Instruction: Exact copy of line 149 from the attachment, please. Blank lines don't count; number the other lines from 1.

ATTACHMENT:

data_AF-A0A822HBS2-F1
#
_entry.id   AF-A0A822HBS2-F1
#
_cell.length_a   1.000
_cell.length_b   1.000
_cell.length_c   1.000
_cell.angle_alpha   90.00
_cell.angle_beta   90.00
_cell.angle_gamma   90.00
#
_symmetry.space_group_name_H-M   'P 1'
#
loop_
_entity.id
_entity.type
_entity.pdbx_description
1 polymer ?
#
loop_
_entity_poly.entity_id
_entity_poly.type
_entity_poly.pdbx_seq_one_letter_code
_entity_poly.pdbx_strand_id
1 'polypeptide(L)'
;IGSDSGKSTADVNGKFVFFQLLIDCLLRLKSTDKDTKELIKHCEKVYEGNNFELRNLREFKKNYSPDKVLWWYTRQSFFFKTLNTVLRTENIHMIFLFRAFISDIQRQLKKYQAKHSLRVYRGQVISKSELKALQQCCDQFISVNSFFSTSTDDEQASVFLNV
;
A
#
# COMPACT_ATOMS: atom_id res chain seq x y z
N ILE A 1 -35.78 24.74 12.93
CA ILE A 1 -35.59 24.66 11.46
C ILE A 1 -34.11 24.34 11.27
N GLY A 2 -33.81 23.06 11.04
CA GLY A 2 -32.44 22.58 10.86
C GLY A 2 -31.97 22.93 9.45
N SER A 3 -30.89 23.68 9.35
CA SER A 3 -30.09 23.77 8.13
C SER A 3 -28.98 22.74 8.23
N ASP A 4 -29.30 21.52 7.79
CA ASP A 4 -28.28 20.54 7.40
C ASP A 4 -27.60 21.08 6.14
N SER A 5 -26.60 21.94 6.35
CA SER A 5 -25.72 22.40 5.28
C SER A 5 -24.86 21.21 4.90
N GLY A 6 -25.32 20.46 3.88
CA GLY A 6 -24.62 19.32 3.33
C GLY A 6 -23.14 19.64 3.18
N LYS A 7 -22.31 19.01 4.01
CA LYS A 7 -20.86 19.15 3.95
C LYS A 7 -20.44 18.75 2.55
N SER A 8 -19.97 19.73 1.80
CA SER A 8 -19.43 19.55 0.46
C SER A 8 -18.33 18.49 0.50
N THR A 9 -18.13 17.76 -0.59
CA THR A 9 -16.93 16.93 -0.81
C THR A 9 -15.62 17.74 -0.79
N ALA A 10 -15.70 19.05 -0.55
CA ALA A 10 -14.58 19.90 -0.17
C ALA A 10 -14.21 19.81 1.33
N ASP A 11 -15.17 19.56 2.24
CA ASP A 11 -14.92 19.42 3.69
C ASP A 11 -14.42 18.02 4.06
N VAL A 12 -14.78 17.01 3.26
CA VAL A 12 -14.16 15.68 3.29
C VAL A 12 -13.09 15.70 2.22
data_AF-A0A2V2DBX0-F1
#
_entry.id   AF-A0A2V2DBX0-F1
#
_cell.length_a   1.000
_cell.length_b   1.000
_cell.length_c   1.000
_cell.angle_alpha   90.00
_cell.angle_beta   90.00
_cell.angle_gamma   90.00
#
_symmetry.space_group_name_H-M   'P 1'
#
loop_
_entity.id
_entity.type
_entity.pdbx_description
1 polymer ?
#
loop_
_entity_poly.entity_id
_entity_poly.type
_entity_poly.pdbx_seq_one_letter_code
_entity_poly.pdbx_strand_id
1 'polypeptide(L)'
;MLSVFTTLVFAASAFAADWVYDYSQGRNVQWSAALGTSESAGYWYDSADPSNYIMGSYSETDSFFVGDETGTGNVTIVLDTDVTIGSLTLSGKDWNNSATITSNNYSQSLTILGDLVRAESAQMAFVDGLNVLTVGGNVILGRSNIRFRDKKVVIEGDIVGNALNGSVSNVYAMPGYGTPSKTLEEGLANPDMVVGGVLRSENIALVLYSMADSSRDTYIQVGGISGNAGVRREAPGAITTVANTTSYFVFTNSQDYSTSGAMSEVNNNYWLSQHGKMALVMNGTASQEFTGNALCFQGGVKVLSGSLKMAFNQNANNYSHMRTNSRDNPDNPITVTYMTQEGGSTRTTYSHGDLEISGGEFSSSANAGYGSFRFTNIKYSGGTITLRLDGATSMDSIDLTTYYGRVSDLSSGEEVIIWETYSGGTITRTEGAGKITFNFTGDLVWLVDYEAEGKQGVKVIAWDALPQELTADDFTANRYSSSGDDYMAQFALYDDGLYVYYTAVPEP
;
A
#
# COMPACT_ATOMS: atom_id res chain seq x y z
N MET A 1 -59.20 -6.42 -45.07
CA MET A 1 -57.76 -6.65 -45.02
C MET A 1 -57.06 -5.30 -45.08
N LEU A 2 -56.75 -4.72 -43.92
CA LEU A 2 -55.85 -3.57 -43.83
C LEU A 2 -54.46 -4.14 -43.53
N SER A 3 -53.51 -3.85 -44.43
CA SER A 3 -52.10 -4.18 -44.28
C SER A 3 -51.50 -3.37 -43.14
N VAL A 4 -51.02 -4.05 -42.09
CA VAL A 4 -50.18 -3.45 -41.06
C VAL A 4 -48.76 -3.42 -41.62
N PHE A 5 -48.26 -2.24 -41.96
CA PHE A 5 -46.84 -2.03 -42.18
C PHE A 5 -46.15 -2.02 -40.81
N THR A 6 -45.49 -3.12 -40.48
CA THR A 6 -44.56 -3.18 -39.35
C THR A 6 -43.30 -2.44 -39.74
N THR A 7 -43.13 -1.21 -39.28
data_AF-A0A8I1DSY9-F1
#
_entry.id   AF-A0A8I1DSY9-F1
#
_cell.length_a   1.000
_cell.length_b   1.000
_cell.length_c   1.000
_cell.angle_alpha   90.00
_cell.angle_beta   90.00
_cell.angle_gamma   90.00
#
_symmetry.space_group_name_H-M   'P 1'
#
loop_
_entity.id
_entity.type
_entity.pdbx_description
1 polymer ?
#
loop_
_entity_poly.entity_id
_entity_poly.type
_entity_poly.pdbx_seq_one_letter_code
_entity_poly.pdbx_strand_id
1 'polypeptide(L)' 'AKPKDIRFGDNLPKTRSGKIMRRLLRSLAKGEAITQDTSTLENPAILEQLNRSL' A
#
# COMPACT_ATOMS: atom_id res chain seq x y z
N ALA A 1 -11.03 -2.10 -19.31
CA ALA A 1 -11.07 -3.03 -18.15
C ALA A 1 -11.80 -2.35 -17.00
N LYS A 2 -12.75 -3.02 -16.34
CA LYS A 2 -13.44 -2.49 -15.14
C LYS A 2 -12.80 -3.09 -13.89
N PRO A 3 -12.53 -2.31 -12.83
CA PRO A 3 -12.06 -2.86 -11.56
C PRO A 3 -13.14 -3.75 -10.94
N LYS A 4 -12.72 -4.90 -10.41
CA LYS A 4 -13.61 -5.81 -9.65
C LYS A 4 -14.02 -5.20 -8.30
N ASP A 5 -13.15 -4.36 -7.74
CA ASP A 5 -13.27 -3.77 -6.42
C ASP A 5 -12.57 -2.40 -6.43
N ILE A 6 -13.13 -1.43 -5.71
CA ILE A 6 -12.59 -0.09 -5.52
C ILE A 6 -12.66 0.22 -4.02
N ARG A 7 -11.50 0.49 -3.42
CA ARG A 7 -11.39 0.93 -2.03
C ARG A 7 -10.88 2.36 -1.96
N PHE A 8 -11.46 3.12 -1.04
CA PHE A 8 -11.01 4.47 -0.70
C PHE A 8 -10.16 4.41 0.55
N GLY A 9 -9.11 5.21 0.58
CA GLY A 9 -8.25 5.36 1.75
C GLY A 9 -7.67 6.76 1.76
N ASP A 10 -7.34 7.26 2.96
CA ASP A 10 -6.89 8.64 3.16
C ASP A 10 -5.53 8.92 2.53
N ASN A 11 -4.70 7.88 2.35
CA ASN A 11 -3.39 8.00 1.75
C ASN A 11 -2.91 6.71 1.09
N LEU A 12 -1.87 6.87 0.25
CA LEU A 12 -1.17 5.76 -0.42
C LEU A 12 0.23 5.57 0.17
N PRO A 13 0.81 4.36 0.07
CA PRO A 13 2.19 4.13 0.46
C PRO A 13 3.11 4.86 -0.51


N PRO A 3 -12.53 -2.31 -12.83